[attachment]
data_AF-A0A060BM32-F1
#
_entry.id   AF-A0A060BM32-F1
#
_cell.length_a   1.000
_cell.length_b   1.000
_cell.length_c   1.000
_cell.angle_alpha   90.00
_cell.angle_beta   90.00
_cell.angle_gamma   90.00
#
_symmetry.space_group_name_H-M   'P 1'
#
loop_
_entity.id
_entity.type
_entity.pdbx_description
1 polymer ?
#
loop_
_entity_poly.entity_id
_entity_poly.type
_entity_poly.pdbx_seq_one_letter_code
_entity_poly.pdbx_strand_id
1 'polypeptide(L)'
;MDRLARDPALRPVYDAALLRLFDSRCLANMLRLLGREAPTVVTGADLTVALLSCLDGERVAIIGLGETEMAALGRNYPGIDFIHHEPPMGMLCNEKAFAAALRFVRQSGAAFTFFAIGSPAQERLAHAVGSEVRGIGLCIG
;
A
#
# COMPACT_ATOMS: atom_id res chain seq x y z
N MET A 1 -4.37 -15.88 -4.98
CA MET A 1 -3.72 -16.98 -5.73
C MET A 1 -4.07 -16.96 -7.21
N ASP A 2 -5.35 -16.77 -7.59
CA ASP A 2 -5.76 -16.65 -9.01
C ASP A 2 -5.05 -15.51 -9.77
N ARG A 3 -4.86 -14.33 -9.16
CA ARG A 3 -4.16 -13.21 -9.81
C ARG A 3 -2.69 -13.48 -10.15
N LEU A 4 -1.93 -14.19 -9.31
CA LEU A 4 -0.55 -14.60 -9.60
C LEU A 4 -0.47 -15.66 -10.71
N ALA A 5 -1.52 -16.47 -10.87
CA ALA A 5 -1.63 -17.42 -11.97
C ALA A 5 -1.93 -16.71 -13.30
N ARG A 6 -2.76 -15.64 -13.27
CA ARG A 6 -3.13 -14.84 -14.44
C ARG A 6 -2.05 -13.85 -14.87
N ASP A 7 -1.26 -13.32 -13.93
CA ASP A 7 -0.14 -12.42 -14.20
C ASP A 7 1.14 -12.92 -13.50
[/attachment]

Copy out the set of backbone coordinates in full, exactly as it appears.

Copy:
data_AF-A0A060BM32-F1
#
_entry.id   AF-A0A060BM32-F1
#
_cell.length_a   1.000
_cell.length_b   1.000
_cell.length_c   1.000
_cell.angle_alpha   90.00
_cell.angle_beta   90.00
_cell.angle_gamma   90.00
#
_symmetry.space_group_name_H-M   'P 1'
#
loop_
_entity.id
_entity.type
_entity.pdbx_description
1 polymer ?
#
loop_
_entity_poly.entity_id
_entity_poly.type
_entity_poly.pdbx_seq_one_letter_code
_entity_poly.pdbx_strand_id
1 'polypeptide(L)'
;MDRLARDPALRPVYDAALLRLFDSRCLANMLRLLGREAPTVVTGADLTVALLSCLDGERVAIIGLGETEMAALGRNYPGIDFIHHEPPMGMLCNEKAFAAALRFVRQSGAAFTFFAIGSPAQERLAHAVGSEVRGIGLCIG
;
A
#
# COMPACT_ATOMS: atom_id res chain seq x y z
N MET A 1 -4.37 -15.88 -4.98
CA MET A 1 -3.72 -16.98 -5.73
C MET A 1 -4.07 -16.96 -7.21
N ASP A 2 -5.35 -16.77 -7.59
CA ASP A 2 -5.76 -16.65 -9.01
C ASP A 2 -5.05 -15.51 -9.77
N ARG A 3 -4.86 -14.33 -9.16
CA ARG A 3 -4.16 -13.21 -9.81
C ARG A 3 -2.69 -13.48 -10.15
N LEU A 4 -1.93 -14.19 -9.31
CA LEU A 4 -0.55 -14.60 -9.60
C LEU A 4 -0.47 -15.66 -10.71
N ALA A 5 -1.52 -16.47 -10.87
CA ALA A 5 -1.63 -17.42 -11.97
C ALA A 5 -1.93 -16.71 -13.30
N ARG A 6 -2.76 -15.64 -13.27
CA ARG A 6 -3.13 -14.84 -14.44
C ARG A 6 -2.05 -13.85 -14.87
N ASP A 7 -1.26 -13.32 -13.93
CA ASP A 7 -0.14 -12.42 -14.20
C ASP A 7 1.14 -12.92 -13.50